Dioxin scares not unusual


Dioxins were only identified in the 1970s but are among the most toxic substances produced by modern industry. Although there are 210 different types, only about 17 are toxic. They are produced mainly through incineration and by chemical and pharmaceutical industries.

They can be absorbed through the skin or consumed in food. Once in the system, they can accumulate over 30 years and can cause damage to cells and increase the risk of cancer.

Although the Belgian crisis is one of the biggest cases of dioxin contamination in Europe, dioxin scares are not that rare. On July 10th, 1976, a valve blew in one of the silos of the Icmesa chemical plant near Milan owned by the Swiss firm Roche. It pumped dioxins into the air above a community of some 36,000, particularly in the town of Seveso.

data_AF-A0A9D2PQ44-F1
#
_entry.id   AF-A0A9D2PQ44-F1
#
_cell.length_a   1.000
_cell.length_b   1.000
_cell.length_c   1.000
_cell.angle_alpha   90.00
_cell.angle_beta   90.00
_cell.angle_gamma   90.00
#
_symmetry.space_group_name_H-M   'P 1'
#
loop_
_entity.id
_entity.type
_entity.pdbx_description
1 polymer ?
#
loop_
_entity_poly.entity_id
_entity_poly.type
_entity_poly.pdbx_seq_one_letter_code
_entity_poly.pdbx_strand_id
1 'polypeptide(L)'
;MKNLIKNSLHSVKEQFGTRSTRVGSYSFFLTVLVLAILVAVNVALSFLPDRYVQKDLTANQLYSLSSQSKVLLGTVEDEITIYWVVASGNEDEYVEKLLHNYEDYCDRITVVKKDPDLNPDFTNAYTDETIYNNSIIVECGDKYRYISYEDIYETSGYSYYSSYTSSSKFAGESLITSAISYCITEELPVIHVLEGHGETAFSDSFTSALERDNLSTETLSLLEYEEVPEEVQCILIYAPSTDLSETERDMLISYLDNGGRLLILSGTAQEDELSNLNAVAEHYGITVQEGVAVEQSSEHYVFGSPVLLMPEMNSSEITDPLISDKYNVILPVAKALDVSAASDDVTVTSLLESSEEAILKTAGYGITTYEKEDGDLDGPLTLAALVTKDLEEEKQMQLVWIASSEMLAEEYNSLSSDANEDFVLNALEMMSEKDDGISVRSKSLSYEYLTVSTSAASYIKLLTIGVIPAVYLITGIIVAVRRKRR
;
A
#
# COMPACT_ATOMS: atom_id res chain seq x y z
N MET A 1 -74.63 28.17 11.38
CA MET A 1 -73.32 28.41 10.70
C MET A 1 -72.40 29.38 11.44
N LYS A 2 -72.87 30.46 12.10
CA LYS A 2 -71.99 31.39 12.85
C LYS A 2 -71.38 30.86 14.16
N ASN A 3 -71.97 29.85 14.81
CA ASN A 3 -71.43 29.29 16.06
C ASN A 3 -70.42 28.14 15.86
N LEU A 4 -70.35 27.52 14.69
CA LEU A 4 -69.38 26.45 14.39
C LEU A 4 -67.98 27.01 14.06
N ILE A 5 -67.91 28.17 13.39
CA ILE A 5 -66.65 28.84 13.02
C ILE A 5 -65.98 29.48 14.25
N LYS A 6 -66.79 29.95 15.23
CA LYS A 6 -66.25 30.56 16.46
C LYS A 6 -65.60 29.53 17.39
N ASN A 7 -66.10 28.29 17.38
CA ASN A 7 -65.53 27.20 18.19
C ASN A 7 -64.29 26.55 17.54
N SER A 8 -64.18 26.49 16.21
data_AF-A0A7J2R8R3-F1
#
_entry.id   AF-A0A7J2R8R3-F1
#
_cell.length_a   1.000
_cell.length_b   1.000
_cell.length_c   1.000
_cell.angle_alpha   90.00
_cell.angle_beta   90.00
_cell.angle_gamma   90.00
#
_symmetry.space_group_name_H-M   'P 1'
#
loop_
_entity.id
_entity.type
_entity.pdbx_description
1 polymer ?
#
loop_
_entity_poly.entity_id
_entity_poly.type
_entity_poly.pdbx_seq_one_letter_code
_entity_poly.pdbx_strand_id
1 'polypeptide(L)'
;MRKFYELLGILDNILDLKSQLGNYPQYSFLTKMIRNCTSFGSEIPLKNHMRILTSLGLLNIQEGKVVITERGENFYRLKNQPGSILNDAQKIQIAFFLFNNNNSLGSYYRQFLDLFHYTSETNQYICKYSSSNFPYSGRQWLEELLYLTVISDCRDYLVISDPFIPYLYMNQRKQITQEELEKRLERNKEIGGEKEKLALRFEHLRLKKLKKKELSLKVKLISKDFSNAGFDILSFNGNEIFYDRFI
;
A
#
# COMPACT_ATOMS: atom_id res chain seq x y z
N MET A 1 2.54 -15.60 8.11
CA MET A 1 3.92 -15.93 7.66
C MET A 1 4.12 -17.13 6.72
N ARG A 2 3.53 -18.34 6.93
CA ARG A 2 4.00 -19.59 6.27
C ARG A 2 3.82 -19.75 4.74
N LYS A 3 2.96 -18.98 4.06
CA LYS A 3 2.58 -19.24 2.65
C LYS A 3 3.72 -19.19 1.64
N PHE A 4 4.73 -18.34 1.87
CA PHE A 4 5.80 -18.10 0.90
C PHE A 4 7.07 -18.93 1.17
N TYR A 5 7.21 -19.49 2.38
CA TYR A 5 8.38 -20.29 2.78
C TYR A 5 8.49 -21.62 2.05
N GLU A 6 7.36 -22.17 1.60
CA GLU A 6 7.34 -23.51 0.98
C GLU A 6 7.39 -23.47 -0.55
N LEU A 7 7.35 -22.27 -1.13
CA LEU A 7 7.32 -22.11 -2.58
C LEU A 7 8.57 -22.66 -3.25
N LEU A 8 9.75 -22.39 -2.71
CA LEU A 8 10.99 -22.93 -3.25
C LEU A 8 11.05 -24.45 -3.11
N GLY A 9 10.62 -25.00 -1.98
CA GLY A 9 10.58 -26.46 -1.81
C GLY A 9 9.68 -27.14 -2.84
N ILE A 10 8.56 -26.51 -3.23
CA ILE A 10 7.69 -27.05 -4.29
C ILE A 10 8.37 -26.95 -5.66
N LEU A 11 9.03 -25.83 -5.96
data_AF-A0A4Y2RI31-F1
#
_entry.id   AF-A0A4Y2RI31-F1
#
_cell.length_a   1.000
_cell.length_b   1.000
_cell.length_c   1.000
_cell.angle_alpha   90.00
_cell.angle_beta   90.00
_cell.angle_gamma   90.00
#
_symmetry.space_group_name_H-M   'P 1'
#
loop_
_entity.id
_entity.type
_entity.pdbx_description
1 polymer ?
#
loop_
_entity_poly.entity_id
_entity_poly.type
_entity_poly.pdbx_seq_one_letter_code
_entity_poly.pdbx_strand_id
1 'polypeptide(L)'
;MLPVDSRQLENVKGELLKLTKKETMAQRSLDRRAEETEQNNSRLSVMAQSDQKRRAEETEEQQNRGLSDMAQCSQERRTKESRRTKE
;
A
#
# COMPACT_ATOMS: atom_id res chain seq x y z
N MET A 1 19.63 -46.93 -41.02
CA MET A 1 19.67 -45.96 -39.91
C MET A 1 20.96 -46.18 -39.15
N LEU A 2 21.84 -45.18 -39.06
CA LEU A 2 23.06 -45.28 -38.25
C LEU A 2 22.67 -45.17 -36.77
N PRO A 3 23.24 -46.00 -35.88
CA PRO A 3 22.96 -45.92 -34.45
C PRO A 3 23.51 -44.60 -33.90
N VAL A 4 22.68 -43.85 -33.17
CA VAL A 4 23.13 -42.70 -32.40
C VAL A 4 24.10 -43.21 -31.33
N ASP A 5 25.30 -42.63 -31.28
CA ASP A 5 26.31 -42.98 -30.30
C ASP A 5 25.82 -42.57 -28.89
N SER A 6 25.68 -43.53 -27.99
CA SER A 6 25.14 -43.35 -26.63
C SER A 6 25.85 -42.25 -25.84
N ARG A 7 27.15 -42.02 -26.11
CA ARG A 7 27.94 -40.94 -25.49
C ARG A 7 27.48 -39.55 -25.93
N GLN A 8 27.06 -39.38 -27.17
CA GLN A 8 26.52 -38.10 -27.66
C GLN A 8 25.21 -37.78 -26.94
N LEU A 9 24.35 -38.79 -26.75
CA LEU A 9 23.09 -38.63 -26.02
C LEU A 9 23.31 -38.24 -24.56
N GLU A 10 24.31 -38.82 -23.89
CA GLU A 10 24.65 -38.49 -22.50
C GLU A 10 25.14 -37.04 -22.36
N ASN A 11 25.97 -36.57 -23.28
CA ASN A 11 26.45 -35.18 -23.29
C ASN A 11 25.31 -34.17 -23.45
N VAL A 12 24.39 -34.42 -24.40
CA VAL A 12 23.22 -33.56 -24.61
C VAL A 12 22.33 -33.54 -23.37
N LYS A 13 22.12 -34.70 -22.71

Some 600 domesticated animals died and nearly 1,300 people suffered from chest and skin injuries, many lasting years, while 193, mainly children, suffered from chloracne, a blotching of the skin that takes years to disappear. Several thousand still retain dioxin traces but there have been no reports of abnormal birth clusters.